oral-hygiene-health-pen-grip-palm

Figure 3: Pen grip (A) and palm grip (B).

Data preparation

The 3-D coordinates of each marker’s position relative to the floor were recorded at 100 samples/sec. The methods of calculating toothbrush motion and joint angles of the shoulder, elbow and wrist used in this study have been previously described in Inada et al. [10]. A summary of the methods of calculation is as follows:

• Reciprocating motion of the toothbrush at each area (Figure 2B).

• Joint angles of the shoulder (φs, ψs), elbow (θe) and wrist (αw, βw) (Figure 4).

oral-hygiene-health-angles-shoulder-elbow

Figure 4: Angles of shoulder, elbow and wrist.

Data analysis and statistics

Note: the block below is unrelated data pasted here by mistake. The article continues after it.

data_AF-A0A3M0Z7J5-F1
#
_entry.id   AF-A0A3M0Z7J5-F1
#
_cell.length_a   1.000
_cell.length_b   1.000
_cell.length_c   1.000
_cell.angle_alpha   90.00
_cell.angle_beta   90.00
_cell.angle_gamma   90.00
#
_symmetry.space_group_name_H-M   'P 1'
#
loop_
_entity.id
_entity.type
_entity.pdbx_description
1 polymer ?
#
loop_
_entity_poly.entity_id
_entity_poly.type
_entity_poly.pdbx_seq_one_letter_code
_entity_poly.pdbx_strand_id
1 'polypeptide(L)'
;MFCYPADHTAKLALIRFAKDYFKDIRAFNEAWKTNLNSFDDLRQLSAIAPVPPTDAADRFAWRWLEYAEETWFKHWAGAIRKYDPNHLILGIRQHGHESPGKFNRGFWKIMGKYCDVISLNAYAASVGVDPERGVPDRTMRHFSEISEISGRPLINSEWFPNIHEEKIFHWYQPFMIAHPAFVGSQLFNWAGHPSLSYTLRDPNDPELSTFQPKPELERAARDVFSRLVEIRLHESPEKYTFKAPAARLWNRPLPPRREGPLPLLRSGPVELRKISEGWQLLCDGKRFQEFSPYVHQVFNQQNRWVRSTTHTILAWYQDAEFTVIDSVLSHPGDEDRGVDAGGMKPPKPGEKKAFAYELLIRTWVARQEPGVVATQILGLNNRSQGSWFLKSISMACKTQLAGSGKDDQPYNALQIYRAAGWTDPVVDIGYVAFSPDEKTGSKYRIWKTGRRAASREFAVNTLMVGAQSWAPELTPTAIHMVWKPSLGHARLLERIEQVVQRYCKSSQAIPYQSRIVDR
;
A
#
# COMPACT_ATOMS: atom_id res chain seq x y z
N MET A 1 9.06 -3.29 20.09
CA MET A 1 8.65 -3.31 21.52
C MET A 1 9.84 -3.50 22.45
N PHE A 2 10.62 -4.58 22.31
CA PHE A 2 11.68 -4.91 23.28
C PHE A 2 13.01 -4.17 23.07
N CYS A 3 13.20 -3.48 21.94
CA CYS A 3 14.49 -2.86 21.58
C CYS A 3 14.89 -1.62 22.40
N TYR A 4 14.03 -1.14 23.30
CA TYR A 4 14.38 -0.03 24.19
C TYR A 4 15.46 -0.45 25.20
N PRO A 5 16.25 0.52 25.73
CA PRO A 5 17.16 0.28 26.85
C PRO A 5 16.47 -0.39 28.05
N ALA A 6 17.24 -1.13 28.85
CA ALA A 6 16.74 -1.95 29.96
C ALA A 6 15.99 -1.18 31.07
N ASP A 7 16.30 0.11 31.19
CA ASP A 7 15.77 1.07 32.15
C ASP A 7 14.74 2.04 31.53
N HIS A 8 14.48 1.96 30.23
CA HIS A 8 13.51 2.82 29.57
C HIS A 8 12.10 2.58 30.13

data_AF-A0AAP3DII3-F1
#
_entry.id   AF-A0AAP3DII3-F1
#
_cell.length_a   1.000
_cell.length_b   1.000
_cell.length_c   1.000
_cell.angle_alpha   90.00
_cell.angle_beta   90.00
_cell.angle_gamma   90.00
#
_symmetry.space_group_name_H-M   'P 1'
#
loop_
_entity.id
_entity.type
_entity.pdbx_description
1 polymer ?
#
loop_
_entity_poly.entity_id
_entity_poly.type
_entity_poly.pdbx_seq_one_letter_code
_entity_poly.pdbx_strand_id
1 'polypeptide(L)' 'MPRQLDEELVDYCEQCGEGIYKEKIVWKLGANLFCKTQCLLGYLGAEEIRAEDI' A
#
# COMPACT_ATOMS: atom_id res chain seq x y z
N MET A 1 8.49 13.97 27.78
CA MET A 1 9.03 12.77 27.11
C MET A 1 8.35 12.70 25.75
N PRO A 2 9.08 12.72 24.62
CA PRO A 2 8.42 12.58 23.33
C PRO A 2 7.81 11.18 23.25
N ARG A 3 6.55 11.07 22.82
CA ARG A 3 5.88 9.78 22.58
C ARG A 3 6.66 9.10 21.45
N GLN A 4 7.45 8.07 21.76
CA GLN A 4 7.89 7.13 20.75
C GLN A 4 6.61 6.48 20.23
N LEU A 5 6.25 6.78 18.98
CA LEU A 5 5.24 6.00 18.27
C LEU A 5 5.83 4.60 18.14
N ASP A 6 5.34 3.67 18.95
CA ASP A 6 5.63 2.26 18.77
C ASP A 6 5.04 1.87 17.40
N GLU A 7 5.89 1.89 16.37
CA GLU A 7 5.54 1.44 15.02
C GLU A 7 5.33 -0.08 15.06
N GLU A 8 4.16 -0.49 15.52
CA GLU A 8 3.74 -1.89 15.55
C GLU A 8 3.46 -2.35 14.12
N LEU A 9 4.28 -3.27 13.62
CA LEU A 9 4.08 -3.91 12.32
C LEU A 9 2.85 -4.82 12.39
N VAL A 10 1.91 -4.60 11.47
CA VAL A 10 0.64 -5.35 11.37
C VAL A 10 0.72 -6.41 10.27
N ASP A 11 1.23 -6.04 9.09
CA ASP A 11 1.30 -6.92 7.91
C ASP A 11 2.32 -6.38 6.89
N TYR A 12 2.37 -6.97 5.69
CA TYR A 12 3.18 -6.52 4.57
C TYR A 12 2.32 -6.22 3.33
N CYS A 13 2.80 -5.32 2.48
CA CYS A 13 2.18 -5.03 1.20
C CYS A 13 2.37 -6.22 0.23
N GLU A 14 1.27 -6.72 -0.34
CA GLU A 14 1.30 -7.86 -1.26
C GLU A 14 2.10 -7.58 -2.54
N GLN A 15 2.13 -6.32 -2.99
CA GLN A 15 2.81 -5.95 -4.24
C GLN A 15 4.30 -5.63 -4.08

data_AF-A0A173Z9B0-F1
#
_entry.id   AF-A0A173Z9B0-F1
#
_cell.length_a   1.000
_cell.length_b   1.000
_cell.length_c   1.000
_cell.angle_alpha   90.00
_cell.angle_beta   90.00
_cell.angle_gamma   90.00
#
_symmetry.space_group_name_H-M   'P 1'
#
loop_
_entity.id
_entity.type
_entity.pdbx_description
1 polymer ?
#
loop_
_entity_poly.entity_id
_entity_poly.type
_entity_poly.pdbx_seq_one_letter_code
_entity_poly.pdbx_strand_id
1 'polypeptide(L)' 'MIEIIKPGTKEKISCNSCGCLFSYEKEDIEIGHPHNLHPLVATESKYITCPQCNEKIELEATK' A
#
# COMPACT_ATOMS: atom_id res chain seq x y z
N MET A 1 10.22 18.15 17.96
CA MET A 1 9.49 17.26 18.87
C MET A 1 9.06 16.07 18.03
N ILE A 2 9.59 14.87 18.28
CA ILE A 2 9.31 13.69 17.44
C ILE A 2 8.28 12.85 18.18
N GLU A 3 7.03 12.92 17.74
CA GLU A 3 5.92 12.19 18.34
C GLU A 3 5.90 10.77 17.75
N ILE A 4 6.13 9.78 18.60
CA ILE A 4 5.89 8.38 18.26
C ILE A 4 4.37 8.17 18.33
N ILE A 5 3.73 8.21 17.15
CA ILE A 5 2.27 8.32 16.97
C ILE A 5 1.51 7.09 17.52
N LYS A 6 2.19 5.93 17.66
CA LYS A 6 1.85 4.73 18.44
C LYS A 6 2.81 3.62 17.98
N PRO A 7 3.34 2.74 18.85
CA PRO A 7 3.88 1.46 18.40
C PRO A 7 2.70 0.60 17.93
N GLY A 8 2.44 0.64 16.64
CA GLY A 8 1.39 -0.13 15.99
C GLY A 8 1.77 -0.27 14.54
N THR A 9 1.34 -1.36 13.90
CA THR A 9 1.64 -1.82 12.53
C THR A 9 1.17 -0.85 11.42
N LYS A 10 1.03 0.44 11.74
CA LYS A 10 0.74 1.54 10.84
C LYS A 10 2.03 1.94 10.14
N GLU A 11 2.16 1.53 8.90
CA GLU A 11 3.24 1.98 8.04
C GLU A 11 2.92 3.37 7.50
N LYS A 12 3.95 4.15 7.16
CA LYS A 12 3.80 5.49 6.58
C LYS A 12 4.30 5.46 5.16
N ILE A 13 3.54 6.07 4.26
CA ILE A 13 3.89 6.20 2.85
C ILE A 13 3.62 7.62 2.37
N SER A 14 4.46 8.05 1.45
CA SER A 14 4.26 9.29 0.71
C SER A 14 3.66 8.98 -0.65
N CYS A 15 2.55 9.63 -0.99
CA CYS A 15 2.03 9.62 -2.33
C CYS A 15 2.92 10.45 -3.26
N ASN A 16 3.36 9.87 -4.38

The degree of toothbrush displacement and the angle of change that occurred during brushing for each joint were converted to a power spectrum by Fourier transformation, and the frequency range containing the most power was selected. The frequency and power spectrum of the toothbrush motion and each joint angles were calculated for each subject during brushing. To compare each grip type and each area, the comparisons of cross-joint and toothbrush motion of the frequency were evaluated using the Friedman test and the Wilcoxon signed-rank test, and statistical significance was set at P

Results